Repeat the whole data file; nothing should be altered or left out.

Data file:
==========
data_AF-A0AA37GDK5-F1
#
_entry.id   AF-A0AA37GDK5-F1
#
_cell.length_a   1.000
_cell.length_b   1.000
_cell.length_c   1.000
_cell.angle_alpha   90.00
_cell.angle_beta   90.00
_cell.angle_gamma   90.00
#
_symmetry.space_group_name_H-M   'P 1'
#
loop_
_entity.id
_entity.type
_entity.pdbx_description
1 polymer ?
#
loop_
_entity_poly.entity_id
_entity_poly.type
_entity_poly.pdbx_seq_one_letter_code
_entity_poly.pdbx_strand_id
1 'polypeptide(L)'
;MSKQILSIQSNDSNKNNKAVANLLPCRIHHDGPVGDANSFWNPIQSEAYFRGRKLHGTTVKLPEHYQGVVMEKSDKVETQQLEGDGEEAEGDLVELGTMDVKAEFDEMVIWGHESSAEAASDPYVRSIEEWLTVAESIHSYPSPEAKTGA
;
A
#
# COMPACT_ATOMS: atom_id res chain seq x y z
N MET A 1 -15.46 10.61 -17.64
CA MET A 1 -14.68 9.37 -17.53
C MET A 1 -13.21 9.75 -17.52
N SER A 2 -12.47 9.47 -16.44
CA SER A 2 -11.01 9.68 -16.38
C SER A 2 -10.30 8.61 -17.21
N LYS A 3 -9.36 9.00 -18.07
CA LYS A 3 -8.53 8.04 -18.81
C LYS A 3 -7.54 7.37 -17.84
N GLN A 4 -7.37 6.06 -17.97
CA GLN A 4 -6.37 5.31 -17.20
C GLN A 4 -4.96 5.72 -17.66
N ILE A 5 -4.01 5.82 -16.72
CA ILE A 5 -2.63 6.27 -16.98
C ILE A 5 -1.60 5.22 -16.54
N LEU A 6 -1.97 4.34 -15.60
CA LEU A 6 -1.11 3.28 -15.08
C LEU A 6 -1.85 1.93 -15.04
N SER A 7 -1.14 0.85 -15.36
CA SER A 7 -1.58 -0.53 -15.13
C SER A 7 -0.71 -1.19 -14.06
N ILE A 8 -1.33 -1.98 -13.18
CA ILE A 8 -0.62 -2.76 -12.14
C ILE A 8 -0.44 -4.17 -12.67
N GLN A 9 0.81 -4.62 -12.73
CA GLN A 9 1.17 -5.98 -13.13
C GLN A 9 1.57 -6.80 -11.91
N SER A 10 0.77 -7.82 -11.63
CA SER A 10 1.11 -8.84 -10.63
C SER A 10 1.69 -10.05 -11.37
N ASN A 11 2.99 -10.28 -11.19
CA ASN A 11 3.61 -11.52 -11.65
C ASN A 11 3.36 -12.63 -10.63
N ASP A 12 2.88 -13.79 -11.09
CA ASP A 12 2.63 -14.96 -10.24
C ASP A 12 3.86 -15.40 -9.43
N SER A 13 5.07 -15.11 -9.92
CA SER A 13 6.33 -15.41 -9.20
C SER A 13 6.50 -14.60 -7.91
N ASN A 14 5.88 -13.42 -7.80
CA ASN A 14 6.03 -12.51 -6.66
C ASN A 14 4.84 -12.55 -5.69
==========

data_AF-A0AA37GDK5-F1
#
_entry.id   AF-A0AA37GDK5-F1
#
_cell.length_a   1.000
_cell.length_b   1.000
_cell.length_c   1.000
_cell.angle_alpha   90.00
_cell.angle_beta   90.00
_cell.angle_gamma   90.00
#
_symmetry.space_group_name_H-M   'P 1'
#
loop_
_entity.id
_entity.type
_entity.pdbx_description
1 polymer ?
#
loop_
_entity_poly.entity_id
_entity_poly.type
_entity_poly.pdbx_seq_one_letter_code
_entity_poly.pdbx_strand_id
1 'polypeptide(L)'
;MSKQILSIQSNDSNKNNKAVANLLPCRIHHDGPVGDANSFWNPIQSEAYFRGRKLHGTTVKLPEHYQGVVMEKSDKVETQQLEGDGEEAEGDLVELGTMDVKAEFDEMVIWGHESSAEAASDPYVRSIEEWLTVAESIHSYPSPEAKTGA
;
A
#
# COMPACT_ATOMS: atom_id res chain seq x y z
N MET A 1 -15.46 10.61 -17.64
CA MET A 1 -14.68 9.37 -17.53
C MET A 1 -13.21 9.75 -17.52
N SER A 2 -12.47 9.47 -16.44
CA SER A 2 -11.01 9.68 -16.38
C SER A 2 -10.30 8.61 -17.21
N LYS A 3 -9.36 9.00 -18.07
CA LYS A 3 -8.53 8.04 -18.81
C LYS A 3 -7.54 7.37 -17.84
N GLN A 4 -7.37 6.06 -17.97
CA GLN A 4 -6.37 5.31 -17.20
C GLN A 4 -4.96 5.72 -17.66
N ILE A 5 -4.01 5.82 -16.72
CA ILE A 5 -2.63 6.27 -16.98
C ILE A 5 -1.60 5.22 -16.54
N LEU A 6 -1.97 4.34 -15.60
CA LEU A 6 -1.11 3.28 -15.08
C LEU A 6 -1.85 1.93 -15.04
N SER A 7 -1.14 0.85 -15.36
CA SER A 7 -1.58 -0.53 -15.13
C SER A 7 -0.71 -1.19 -14.06
N ILE A 8 -1.33 -1.98 -13.18
CA ILE A 8 -0.62 -2.76 -12.14
C ILE A 8 -0.44 -4.17 -12.67
N GLN A 9 0.81 -4.62 -12.73
CA GLN A 9 1.17 -5.98 -13.13
C GLN A 9 1.57 -6.80 -11.91
N SER A 10 0.77 -7.82 -11.63
CA SER A 10 1.11 -8.84 -10.63
C SER A 10 1.69 -10.05 -11.37
N ASN A 11 2.99 -10.28 -11.19
CA ASN A 11 3.61 -11.52 -11.65
C ASN A 11 3.36 -12.63 -10.63
N ASP A 12 2.88 -13.79 -11.09
CA ASP A 12 2.63 -14.96 -10.24
C ASP A 12 3.86 -15.40 -9.43
N SER A 13 5.07 -15.11 -9.92
CA SER A 13 6.33 -15.41 -9.20
C SER A 13 6.50 -14.60 -7.91
N ASN A 14 5.88 -13.42 -7.80
CA ASN A 14 6.03 -12.51 -6.66
C ASN A 14 4.84 -12.55 -5.69